It’s hard work starting a new business. The last thing you want is for that effort to be derailed by an accident, burglary, public relations crisis or other unforeseen event. Whether you’re saving yourself a few hours of headaches or saving your entire business, it’s wise to protect your startup from day one.
There are many ways to protect a startup business. Here are seven to help get you started on the right foot.
1. Register and trademark your business name
Once you have chosen the perfect name for your business, you’ll want to make sure no one else can use it. The first step is to file a “Doing business as” (DBA) or “Fictious Business Name” (FBN) application with your local county clerk. This lets customers know who owns the business and provides some local protection against business name theft.
Next, file a trademark for your business name at the state level. This is useful if you provide a service that relies on local customers and doesn’t compete with similar businesses around the country or world (such as a beauty salon or restaurant). However, if you are doing business in multiple states or online, you may want to also file a federal trademark for your business name.
2. Buy a domain name
It’s more important than ever for small businesses to have their own website. Even if you only do business locally, registering a domain name helps protect your business.
If you don’t register the URL for your business name, someone else could. This can create confusion for your customers and create an opportunity for scammers to target your customers or for a disgruntled employee to put out false and potentially damaging information about your brand.
A website is not required to buy a domain name. You can always register the URL you want, then worry about getting a website made. The .com extension is the most common (and possibly most important) that you can buy, but you may consider also claiming others, such as .net, .biz and .info.
3. Create social media accounts
Having a social media presence is becoming more important for small businesses. Claiming your business name on different platforms gives you more opportunities to connect with customers and reach new ones.
Like your domain name, creating social media accounts for your business allows you to better control the conversation around your brand. If possible, have your business accounts verified. This helps your customers know they are dealing with the actual business, even if someone else has claimed a similar name.
4. Install proper alarms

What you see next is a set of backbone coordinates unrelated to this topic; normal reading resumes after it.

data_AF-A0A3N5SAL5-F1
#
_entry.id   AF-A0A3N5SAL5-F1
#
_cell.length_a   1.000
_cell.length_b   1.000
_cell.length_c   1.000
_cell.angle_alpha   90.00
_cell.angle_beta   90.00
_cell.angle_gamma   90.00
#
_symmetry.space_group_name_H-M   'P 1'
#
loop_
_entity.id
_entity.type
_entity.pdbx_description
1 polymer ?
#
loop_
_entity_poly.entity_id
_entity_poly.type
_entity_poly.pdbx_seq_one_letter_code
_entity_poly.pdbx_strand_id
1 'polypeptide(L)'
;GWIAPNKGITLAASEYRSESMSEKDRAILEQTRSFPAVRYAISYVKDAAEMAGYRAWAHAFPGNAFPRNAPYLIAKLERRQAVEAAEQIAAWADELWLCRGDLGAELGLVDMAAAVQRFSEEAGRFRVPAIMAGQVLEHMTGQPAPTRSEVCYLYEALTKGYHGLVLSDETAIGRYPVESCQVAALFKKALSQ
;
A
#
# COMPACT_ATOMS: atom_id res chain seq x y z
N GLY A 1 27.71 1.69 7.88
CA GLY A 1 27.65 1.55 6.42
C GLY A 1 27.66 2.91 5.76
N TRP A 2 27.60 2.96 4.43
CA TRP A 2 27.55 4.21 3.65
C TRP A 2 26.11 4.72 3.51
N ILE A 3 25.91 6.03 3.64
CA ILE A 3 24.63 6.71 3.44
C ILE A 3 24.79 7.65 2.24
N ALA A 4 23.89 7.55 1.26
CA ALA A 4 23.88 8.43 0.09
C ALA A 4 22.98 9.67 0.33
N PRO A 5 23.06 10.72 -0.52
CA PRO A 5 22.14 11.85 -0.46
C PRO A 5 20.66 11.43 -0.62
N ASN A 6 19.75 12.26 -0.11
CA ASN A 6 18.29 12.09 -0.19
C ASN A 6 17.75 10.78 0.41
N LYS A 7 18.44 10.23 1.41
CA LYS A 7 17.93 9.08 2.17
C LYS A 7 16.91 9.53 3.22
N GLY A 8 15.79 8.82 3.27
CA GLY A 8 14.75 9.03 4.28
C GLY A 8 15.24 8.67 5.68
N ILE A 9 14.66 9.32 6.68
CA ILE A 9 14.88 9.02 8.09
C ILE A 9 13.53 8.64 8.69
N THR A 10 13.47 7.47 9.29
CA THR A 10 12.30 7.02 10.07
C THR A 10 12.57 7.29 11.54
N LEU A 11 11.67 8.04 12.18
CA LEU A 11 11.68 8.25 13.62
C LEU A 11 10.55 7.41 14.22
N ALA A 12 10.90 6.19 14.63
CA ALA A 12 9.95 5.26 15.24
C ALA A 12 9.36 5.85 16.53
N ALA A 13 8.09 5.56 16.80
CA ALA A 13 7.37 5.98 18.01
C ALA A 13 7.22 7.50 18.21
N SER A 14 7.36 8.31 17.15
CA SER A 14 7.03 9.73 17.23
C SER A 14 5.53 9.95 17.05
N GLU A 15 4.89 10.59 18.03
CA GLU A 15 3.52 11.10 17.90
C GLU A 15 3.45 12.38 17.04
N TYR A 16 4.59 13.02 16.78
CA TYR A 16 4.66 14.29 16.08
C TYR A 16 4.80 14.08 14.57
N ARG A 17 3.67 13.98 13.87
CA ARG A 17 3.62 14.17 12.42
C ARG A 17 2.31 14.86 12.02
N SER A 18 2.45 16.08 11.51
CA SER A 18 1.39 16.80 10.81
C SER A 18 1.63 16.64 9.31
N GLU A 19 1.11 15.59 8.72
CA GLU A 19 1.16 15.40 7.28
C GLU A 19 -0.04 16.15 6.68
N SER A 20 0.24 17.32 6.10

If you have a physical office, shop or other type of premises, it’s important to protect it too. You likely keep important things at your place of business—anything from equipment and merchandise to client files and your customer’s property.
Installing fire alarms and a security system can help keep your premises and everything in it safe and secure. Set up a regular maintenance schedule to ensure these are in working order.
5. Develop crisis plans
Anything can happen when you’re running a business, no matter how careful you may be. Developing crisis plans can help you better manage incidents and get back to business sooner.
Crisis plans often focus on physical safety. This might include instructions for how to handle workplace injuries, on-the-job accidents, or a natural disaster. However, you may also consider drafting a plan for handing public relations crises. Handling bad press or a negative review well could help your business bounce back and possibly gain new customers.
6. Hire competent professionals
When you’re starting a business, you may feel like you must do everything yourself. Your budget might be tight until you start turning a profit, or you might just feel extra protective over your budding business. However, even small mistakes may prove costly down the road.
Hiring professionals, such as a lawyer, accountant or bookkeeper, to help set up and run your business may save you time and money in the long run. Getting things done correctly the first time can keep you out of legal trouble or avoid an audit.
When you are hiring professional help, ask for recommendations or read online reviews. Someone with a reputation for providing dodgy service could cause more trouble than they are worth.
7. Get business insurance
When all else fails, insurance helps create a safety net to protect your startup business. There are many different types of business insurance available that safeguard different parts of your business.
The policies you choose will depend on the type of business you’re starting, how you will do business and if you plan on hiring employees. Common policies that small business owners consider are Professional Liability, General Liability and Workers’ Compensation insurance. There are also options available to bundle different types of cover to save money (a Business Owners Policy, or BOP).
Protect your small business with BizInsure
Starting a business can be a rewarding experience, one full of hard work and effort that you’ll want to protect. BizInsure makes it easy to find business insurance to help safeguard your startup. Quickly and easily compare multiple types of policies from top insurers.